The Business Traveller: A Business Travel Guide to England
What a rush: The email came in that you have a meeting in England, the home of tea and democracy, the land of standing up for state and waving to the Queen, the multicultural multi-denominational home of London one of the most iconic cities in the world from all angles. It’s a real thrill heading to England especially when you’re from abroad, to see London Bridge, Buckingham Palace, Canary Wharf and all the famous sites within London.
England however is home to every type of business market that has ever been born to this earth, so they can’t all reside in one place – which is why before you go to England look closely at which airport you need to be at and where your first and last (time wise) meetings may be.
There are six different London airports and only one of them is in the centre. The rest have good connections to get to the city but will put you in the position of having to deal with traffic and train delays, so factor this into your decision making when you book your flight to London.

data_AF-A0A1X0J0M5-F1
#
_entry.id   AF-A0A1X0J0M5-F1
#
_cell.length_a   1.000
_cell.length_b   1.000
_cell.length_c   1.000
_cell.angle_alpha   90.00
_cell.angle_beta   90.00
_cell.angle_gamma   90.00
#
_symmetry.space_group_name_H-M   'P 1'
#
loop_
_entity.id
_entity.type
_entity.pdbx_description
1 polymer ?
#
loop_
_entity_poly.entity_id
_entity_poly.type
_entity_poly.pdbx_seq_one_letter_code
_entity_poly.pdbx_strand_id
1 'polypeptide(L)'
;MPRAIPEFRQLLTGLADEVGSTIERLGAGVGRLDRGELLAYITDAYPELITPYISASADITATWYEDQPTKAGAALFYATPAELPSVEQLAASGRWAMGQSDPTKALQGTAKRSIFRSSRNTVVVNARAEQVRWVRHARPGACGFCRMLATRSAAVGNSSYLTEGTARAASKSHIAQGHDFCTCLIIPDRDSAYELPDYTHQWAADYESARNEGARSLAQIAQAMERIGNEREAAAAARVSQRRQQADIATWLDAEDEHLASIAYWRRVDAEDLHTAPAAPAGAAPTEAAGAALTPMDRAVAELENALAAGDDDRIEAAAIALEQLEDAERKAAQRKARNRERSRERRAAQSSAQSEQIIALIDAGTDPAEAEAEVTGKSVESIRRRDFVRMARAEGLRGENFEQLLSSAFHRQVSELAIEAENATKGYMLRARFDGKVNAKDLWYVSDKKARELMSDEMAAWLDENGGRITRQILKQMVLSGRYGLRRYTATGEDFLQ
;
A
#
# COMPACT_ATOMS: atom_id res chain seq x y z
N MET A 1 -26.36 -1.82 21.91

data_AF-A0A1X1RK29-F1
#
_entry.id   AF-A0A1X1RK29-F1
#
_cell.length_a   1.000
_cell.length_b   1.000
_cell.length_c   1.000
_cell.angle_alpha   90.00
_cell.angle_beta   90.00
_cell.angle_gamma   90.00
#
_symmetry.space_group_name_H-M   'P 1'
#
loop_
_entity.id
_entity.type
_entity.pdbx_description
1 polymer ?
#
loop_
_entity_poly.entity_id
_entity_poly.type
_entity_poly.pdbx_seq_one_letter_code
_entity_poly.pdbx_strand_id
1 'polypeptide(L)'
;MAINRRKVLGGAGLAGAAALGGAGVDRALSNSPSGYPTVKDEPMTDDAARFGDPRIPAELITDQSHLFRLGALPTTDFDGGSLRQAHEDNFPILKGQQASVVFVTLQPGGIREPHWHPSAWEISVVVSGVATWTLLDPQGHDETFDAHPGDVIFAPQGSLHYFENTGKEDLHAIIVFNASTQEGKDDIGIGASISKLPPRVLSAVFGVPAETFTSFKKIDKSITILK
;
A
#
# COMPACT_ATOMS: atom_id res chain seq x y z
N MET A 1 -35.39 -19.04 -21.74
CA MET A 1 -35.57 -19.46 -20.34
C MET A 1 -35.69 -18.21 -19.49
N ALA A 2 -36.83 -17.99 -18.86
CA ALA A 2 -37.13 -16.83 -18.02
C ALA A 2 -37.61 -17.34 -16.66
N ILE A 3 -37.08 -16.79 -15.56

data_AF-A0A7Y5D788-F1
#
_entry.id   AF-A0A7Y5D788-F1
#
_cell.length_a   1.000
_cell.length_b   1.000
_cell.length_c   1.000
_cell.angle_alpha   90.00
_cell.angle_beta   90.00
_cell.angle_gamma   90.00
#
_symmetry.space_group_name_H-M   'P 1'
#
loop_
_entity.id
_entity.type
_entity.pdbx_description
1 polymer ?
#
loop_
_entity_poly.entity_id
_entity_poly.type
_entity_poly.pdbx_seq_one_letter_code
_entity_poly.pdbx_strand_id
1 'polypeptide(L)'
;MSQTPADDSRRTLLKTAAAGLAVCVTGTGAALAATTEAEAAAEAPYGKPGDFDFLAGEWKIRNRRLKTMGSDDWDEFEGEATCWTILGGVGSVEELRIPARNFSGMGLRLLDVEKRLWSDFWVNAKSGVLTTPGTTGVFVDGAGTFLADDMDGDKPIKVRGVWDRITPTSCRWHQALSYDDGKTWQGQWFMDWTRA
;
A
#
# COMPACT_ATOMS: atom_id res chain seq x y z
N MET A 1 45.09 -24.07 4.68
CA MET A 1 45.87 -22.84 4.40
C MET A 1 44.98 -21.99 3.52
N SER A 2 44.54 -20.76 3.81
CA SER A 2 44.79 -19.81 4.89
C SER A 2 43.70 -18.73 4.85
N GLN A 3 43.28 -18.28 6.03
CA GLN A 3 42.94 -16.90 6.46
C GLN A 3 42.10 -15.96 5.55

These London airports also have coaches that will take you pretty much all over the country. However, there are so many airports – 21, in fact, and we’re not including Scotland, Wales and Northern Island even they are part of the banner of the United Kingdom – that you really are spoiled for choice. So be specific.
If once you’ve got your tickets booked and you would like to arrive to the meeting in your own time then try EnjoyCarHire, the comparison site that has its fair fuel policy when booked through them and very competitive prices.
Before you get to the country think of the weather: it rains, it shines, it snows, it blasts cold wind, you can go surfing, so pack light but pack for all events. Almost all people in England pack an umbrella as standard in their daily bags, so do the same.
Most of the cities and towns have ample amounts of chains and restaurants to suffice dinners with colleagues or clients, however the comprehensive Michelin Guide can take you to some impressive culinary delights all over the country.
If you’re headed to the north, say, Manchester, Liverpool or Newcastle-Upon-Tyne then know that the customary greetings may be slightly altered when it comes to the way people operate. There is a definite division between the north and the south, and the simple way it’s put is people in the north are more open and friendly, but don’t expect this cliche to be entirely accurate.
The main point about travelling in England as a business traveller is there is so many facets to this country and so many customs it is best to try and experience them all with an open mind.